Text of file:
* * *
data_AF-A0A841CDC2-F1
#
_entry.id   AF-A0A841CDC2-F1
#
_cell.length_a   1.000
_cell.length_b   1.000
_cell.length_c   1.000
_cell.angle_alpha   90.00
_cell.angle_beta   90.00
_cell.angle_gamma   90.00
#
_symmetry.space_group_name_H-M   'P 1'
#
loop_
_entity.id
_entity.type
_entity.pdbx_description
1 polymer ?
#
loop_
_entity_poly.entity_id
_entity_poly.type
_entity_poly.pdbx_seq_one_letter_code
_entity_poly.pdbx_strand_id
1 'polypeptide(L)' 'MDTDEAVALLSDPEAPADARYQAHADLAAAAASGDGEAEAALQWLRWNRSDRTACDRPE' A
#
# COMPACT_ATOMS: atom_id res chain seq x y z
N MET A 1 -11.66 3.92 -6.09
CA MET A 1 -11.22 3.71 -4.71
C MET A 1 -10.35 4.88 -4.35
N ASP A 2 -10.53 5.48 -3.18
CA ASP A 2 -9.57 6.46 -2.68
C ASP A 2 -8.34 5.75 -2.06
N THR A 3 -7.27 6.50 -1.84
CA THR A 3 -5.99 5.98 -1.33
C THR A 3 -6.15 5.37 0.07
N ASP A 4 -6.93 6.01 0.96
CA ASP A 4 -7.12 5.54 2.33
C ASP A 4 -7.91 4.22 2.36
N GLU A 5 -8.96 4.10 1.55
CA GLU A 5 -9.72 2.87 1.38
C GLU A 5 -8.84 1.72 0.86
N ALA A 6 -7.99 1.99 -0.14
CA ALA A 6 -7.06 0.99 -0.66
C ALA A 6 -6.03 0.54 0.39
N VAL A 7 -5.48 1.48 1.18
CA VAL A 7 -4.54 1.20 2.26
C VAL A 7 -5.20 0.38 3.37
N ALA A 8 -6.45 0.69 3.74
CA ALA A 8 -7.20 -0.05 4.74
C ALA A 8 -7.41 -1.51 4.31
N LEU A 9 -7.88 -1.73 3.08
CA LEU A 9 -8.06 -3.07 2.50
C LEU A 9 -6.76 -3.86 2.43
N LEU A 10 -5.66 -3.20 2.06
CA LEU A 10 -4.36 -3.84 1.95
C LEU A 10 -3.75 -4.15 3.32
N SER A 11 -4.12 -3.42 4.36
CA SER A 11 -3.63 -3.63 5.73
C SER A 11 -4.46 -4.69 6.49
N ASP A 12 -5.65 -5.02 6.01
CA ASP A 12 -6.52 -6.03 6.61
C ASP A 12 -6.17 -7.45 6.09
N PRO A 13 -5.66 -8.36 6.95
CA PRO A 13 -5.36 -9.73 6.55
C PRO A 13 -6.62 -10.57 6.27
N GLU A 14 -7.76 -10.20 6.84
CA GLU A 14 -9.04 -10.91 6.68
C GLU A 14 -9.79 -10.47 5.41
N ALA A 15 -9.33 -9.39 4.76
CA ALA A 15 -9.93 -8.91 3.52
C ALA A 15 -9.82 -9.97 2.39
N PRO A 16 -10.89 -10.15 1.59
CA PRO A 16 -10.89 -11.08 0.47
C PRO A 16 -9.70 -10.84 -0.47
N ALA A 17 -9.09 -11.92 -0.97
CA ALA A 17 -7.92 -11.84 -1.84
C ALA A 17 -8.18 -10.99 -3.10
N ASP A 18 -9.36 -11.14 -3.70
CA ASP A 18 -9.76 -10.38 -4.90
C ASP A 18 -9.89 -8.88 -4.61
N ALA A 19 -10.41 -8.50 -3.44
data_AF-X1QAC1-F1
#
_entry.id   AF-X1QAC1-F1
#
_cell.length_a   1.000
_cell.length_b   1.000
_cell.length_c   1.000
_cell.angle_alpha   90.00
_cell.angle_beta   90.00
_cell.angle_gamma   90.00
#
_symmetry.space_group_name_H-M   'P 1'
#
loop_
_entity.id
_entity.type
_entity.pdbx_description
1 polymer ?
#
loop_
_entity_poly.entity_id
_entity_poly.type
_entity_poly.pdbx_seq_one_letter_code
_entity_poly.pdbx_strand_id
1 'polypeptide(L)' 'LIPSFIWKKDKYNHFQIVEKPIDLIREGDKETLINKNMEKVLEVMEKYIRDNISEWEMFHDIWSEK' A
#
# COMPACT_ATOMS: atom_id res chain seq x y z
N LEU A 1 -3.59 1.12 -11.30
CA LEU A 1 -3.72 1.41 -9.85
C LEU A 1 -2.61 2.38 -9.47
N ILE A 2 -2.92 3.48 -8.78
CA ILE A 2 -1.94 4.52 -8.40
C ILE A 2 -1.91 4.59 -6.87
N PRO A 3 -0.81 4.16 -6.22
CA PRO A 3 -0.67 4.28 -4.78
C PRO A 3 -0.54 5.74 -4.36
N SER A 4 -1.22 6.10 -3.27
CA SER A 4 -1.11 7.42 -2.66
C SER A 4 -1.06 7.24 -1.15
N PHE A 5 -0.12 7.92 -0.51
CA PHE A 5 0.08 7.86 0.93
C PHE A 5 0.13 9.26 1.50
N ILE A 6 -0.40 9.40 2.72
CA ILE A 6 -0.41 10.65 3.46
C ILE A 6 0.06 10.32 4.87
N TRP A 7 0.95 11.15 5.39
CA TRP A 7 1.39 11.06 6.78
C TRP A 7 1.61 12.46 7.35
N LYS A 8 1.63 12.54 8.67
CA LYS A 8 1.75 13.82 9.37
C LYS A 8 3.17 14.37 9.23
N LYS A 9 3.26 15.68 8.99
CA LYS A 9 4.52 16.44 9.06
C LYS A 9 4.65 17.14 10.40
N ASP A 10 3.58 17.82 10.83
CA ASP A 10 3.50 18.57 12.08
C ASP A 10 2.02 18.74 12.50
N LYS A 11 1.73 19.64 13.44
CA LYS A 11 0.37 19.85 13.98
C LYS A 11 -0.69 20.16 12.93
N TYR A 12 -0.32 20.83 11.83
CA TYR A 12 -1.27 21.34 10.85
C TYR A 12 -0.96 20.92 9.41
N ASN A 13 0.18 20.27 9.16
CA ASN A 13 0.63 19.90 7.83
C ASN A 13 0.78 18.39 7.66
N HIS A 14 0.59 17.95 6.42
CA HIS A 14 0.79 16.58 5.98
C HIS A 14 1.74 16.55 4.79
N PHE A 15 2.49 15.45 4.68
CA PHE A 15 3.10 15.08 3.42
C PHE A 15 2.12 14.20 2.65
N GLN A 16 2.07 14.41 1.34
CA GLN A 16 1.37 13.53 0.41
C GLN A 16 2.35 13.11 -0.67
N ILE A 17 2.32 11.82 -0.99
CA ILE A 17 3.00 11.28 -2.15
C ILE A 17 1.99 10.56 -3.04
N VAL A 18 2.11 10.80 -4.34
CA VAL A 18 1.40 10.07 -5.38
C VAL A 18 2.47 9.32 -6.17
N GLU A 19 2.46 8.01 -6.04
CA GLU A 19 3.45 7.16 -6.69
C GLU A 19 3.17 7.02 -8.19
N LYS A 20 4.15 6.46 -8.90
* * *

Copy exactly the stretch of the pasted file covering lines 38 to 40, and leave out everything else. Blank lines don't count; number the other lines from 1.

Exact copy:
CA ASP A 4 -7.12 5.54 2.33
C ASP A 4 -7.91 4.22 2.36
N GLU A 5 -8.96 4.10 1.55